A few days ago, we posted about an article on how 48 new emoji’s will be released in the near future. As someone who uses emoji’s profusely when texting, snapping, and all that jazz I was intrigued. It got me thinking about how the use of emoji’s through various platforms has become almost an entire method of communication alone. Think about it. We know something is supposed to be funny when we post the laughing emoji with the tears. We know something is sad when we post a heartbreak or a sad faced emoji. And when someone posts the eggplant emoji? Well, I think we all know what that means. As strange as it sounds, emoji’s have become such an ingrained part of the way that millennials communicate with each other.
This isn’t new either. Those like myself who were raised using MSN know that emoticons were like the precursor to emoji’s. They allowed us to convey a type of language that transcended speech. Or in many cases, they allowed you to say something without actually saying it. I find it fascinating that they indicate a sense of tonality in communication that doesn’t necessarily translate when using regular symbols like exclamation marks or other various keyboard functions. Over time, the use of these symbols has seemed to evolve into how we use emoji’s.
Dare I say that emoji’s almost have a sense of political undertone within them? What I mean by that is as a part of the release of the new emoji’s, they will include different faces of people including a woman with a headscarf on. To expand on that, this is a clear sign that the developers are looking to diversify the use of emoji’s beyond just your classic smiley faces. Remember when they unveiled that you could change the skin colour of your emoji’s? That brought an entirely different dimension to how we use them and how they represent us on a more personal level.
I’d also like to mention how they’ve been popularized as well. To use a recent example, Drake singlehandedly boosted the use of the pink flower emoji to the absolute max with his latest album More Life. The emoji has almost become a symbol for the album, and a reference to life, happiness and peace. While I don’t necessarily have concrete statistics on how the use of it has increased significantly since the release of More Life, I do know as an avid Instagrammer that I had maybe seen it used once or twice tops. But now it seems to be in everyone’s captions, comments, etc. As an ambassador for Apple, it doesn’t surprise me that Drake and his marketing team made sure that the emoji was included in every recent post, but that’s a different story.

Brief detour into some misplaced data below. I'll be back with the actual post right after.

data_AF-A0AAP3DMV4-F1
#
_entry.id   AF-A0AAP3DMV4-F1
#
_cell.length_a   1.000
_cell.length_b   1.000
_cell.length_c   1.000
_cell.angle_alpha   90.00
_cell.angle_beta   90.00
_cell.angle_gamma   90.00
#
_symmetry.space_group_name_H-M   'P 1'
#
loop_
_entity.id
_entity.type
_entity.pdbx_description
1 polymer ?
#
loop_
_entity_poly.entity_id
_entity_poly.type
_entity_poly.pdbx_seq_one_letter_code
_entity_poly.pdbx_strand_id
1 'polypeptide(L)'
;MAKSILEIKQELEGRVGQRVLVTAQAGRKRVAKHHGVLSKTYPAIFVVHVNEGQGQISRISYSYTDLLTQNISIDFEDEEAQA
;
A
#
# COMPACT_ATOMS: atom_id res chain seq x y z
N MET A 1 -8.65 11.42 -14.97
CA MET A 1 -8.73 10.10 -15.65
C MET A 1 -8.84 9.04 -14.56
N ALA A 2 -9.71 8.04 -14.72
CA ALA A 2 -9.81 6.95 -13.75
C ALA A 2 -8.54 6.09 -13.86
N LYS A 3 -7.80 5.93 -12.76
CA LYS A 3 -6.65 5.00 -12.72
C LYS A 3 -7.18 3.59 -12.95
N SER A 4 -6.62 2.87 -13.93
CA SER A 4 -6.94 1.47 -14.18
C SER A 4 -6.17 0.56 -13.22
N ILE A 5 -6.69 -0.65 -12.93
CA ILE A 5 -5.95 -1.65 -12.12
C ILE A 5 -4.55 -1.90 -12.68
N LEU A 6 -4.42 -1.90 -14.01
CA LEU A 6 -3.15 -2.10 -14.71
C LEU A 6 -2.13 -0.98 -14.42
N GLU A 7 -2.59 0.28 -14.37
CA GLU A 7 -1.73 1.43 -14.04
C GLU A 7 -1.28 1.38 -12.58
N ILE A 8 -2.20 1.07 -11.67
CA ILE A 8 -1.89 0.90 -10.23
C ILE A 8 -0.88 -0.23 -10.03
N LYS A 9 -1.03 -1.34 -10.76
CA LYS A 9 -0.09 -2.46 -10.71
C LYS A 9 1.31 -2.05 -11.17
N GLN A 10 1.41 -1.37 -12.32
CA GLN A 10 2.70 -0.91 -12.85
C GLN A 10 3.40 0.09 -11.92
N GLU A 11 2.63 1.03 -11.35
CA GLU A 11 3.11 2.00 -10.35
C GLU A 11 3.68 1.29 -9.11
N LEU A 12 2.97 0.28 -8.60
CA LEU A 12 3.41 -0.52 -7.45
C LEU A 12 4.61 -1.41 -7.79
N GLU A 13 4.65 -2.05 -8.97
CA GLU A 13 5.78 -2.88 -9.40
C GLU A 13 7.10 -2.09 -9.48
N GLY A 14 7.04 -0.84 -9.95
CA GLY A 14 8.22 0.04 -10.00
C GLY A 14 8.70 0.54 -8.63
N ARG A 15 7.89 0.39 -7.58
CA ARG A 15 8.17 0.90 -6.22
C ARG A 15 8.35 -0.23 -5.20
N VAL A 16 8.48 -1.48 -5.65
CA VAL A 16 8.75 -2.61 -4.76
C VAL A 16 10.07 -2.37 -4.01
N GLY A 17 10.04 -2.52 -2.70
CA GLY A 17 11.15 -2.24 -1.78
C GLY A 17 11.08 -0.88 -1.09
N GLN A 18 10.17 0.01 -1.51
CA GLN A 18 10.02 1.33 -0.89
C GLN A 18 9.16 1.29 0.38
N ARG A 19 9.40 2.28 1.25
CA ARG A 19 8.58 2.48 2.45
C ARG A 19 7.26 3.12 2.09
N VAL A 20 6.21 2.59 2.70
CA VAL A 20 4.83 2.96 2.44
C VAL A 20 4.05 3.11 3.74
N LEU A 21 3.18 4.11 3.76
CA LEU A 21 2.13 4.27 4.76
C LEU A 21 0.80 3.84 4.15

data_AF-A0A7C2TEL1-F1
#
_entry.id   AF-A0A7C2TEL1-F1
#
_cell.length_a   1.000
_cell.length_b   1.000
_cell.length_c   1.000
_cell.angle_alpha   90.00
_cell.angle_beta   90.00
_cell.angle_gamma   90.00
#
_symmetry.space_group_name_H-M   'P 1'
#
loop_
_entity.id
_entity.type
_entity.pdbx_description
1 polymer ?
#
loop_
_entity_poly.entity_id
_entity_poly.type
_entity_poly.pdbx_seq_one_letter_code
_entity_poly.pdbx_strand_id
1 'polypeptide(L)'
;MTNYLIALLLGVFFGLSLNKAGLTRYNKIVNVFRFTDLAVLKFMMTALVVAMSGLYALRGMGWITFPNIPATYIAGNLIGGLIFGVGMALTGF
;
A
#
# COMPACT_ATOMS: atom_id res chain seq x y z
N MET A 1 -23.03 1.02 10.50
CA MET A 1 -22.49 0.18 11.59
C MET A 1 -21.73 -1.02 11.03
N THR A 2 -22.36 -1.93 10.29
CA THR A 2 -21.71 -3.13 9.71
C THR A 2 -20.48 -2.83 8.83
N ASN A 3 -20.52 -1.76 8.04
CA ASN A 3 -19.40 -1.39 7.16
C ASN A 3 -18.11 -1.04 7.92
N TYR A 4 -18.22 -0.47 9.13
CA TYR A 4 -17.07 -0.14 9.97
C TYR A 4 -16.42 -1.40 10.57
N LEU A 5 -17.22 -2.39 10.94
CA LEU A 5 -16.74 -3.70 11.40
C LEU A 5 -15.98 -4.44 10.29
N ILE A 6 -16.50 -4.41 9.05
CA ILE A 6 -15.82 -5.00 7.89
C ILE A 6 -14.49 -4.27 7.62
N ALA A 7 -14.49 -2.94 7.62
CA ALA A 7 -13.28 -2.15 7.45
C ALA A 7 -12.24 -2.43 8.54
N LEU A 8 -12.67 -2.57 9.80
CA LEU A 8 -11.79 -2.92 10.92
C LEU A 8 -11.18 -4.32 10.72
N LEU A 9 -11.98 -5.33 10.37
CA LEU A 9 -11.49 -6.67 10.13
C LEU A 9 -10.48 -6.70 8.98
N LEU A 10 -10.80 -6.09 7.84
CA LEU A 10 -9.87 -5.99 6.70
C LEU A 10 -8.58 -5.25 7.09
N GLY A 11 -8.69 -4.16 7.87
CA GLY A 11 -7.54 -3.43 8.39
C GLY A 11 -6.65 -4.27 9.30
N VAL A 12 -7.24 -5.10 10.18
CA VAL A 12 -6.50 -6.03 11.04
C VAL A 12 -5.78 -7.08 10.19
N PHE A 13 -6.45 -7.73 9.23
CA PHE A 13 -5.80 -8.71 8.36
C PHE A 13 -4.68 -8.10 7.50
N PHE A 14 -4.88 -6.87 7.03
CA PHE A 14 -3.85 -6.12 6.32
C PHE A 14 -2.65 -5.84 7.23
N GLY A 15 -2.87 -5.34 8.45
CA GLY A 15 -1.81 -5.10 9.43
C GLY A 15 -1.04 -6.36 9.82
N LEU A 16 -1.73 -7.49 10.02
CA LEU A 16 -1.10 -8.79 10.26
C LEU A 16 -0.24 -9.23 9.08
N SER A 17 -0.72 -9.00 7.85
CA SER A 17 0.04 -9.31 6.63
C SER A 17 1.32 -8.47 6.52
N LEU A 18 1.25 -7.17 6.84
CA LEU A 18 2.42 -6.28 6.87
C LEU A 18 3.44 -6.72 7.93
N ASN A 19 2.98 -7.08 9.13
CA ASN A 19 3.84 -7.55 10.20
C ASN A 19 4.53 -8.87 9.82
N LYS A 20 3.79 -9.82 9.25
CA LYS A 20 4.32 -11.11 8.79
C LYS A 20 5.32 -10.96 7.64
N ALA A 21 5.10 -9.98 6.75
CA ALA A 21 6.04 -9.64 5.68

Essentially, emoji’s affect the way that millennials interact with each other. We use them to lighten the topic of a conversation, to convey emotion, or to express ourselves in ways that we can’t through words. It’s interesting to see how much our (as millennials) conversational skills have evolved throughout the years. Is it weird that I can’t see myself not using them at this point? Guess we’ll never know.
Malick Ba is an advertising and marketing specialist currently living in Toronto, Canada. As an alumni of both the University of Ottawa and Humber College, Malick specializes in communications, advertising, and marketing. Currently, Malick works at an advertising agency in downtown Toronto and is looking forward to how he can further leave his mark upon the advertising and marketing world. Follow him on Instagram, and connect with him on LinkedIn.